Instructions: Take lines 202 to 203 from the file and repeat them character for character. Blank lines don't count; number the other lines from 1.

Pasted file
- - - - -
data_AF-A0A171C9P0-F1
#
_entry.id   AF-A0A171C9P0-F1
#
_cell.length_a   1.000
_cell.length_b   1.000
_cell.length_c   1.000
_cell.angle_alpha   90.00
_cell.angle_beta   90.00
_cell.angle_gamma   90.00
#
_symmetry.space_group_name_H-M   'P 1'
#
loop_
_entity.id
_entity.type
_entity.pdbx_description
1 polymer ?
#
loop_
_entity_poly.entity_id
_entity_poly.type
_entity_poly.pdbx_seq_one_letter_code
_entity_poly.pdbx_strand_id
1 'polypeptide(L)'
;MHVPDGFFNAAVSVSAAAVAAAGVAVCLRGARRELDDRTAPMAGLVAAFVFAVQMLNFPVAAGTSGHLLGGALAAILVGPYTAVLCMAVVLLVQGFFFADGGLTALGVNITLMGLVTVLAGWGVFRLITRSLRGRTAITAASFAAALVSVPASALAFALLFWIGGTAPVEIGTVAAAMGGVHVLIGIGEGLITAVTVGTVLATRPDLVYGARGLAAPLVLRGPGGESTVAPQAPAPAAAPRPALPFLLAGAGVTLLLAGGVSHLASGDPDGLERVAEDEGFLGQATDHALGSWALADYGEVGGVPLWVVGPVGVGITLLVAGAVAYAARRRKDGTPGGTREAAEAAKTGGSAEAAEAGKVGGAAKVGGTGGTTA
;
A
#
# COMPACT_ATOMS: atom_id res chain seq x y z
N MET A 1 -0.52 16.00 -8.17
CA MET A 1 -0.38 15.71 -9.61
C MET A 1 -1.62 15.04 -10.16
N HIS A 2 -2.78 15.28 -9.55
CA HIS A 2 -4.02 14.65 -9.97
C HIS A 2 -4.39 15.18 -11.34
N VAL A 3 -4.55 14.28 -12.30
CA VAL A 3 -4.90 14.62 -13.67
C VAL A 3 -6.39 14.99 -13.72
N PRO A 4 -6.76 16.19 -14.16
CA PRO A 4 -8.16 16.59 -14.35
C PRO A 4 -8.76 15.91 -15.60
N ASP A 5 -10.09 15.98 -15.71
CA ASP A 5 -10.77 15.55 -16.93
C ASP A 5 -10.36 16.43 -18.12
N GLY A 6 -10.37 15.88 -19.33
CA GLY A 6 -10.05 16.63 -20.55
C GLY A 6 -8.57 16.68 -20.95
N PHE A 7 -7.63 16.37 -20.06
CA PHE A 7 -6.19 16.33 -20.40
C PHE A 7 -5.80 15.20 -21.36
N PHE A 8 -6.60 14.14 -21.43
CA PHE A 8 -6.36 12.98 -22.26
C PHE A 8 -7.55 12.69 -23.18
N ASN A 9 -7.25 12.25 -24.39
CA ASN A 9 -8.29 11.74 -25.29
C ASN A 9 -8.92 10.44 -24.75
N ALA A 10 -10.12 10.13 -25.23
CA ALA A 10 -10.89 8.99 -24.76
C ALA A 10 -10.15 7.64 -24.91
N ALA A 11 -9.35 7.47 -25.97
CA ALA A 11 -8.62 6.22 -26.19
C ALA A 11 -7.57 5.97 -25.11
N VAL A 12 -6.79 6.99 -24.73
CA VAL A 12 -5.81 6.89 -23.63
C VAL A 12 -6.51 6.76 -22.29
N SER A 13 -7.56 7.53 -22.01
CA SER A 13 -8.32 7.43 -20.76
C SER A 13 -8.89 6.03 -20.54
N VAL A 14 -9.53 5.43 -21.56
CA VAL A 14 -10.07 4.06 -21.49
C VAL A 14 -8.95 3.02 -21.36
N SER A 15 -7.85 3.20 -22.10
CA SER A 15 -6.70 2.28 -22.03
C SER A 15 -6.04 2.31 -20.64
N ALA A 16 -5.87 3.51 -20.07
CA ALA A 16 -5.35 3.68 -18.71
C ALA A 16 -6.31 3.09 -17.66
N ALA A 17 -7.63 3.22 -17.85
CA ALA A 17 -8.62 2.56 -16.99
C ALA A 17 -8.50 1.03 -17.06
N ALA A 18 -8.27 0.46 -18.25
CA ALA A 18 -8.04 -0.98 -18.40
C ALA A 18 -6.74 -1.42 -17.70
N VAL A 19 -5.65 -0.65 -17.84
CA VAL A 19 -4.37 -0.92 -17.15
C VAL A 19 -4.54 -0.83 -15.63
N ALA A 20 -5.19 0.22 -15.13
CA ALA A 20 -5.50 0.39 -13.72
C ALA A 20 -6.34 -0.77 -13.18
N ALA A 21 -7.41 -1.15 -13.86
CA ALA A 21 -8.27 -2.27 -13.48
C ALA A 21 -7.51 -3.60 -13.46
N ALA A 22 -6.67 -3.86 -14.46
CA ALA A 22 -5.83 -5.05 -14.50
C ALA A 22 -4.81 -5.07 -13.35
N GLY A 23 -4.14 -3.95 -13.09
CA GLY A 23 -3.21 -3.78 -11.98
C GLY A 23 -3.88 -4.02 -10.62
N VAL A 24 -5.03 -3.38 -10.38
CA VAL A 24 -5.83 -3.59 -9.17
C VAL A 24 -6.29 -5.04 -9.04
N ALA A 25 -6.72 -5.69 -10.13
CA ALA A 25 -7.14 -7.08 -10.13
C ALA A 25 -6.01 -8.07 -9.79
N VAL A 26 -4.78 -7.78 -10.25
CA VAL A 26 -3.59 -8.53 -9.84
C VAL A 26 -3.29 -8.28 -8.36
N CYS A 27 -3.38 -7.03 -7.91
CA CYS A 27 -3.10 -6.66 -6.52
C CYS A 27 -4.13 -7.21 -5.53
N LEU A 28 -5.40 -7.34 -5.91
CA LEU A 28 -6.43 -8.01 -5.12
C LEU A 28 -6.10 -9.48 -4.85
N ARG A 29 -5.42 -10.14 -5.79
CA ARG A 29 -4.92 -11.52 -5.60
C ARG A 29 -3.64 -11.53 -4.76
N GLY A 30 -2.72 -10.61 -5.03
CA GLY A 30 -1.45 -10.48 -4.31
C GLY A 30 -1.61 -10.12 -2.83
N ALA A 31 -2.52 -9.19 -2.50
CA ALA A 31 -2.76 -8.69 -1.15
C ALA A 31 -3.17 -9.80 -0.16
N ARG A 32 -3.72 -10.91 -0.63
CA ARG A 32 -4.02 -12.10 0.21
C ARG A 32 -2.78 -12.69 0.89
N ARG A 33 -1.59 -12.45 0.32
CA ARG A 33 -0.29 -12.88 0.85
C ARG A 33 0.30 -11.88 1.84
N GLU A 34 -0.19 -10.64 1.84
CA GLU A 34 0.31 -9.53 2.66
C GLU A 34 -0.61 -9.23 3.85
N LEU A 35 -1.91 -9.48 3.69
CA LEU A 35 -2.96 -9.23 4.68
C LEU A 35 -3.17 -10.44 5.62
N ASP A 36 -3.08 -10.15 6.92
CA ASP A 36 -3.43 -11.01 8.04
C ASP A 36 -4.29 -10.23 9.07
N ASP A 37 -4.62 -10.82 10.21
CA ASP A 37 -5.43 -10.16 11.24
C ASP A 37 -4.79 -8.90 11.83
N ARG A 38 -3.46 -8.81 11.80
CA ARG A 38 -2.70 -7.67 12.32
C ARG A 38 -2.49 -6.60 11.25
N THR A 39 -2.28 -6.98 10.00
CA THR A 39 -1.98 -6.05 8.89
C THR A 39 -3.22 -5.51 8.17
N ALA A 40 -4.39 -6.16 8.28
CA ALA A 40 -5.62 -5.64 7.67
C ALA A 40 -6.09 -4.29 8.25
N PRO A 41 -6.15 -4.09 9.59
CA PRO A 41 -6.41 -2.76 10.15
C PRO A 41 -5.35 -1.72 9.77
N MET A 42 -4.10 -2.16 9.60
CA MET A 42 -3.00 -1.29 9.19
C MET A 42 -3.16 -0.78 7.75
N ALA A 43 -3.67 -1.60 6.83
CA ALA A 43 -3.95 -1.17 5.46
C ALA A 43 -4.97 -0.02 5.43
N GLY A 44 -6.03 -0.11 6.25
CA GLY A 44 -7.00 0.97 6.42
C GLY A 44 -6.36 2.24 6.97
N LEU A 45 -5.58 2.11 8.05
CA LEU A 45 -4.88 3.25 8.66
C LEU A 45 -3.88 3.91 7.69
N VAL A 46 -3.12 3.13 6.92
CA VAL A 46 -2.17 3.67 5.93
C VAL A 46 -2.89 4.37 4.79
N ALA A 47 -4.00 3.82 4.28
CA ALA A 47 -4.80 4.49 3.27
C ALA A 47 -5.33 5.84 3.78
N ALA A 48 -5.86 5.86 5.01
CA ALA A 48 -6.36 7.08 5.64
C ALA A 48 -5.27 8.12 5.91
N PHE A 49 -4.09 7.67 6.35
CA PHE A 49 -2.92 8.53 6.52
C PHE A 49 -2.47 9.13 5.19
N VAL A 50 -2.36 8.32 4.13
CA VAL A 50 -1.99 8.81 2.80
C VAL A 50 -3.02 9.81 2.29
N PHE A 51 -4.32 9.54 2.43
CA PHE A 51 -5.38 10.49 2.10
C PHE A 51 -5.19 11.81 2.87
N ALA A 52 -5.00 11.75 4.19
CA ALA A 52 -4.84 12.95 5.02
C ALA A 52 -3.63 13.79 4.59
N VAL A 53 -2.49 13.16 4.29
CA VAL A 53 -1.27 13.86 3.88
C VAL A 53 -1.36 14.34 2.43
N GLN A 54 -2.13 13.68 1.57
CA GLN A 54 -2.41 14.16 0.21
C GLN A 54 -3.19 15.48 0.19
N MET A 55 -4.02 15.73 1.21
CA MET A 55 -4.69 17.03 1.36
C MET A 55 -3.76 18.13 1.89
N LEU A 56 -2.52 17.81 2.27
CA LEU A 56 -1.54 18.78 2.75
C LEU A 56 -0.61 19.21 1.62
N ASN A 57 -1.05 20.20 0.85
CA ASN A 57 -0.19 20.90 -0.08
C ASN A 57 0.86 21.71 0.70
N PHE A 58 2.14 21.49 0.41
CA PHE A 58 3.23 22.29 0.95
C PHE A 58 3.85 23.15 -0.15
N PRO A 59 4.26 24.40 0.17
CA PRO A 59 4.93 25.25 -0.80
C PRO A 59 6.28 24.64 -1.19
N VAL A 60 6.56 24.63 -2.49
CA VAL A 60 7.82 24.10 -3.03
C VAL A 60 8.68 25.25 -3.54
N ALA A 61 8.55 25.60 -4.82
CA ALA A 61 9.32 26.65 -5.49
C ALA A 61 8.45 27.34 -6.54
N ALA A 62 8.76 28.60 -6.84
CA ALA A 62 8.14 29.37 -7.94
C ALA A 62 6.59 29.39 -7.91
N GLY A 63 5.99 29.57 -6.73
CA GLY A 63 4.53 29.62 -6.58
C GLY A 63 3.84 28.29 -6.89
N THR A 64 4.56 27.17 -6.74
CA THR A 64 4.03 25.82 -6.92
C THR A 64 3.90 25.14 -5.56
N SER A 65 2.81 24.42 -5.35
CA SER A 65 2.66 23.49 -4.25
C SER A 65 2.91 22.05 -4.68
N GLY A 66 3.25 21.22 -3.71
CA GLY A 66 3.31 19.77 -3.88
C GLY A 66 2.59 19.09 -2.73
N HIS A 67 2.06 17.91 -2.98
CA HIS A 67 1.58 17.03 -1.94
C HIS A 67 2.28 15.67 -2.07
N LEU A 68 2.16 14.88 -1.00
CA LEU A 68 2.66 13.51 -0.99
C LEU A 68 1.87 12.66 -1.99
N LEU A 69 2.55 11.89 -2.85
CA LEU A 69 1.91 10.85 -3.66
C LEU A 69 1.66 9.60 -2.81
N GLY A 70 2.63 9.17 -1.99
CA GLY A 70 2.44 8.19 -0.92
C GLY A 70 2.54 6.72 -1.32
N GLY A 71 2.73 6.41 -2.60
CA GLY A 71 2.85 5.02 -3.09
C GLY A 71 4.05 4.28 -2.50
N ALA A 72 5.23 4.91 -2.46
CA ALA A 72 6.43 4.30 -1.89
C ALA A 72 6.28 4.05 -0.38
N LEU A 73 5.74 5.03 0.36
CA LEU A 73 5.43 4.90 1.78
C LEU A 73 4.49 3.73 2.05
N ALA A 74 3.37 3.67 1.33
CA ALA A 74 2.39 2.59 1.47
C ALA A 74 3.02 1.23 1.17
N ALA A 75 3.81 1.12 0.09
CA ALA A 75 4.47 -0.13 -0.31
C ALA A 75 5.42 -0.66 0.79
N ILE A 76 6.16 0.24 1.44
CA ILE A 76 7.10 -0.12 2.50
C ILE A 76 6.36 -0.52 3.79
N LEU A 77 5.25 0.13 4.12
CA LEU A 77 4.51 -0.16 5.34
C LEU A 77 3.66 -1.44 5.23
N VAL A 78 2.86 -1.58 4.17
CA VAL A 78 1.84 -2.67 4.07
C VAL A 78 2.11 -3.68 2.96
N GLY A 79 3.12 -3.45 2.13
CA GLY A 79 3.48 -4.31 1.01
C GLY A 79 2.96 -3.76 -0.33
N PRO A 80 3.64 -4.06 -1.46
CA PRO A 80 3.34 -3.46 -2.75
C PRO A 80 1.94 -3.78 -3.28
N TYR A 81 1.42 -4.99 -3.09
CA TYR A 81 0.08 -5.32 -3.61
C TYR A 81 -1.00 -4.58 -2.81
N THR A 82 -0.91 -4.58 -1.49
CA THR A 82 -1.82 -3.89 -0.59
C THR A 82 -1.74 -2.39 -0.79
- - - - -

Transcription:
N PHE A 58 2.14 21.49 0.41
CA PHE A 58 3.23 22.29 0.95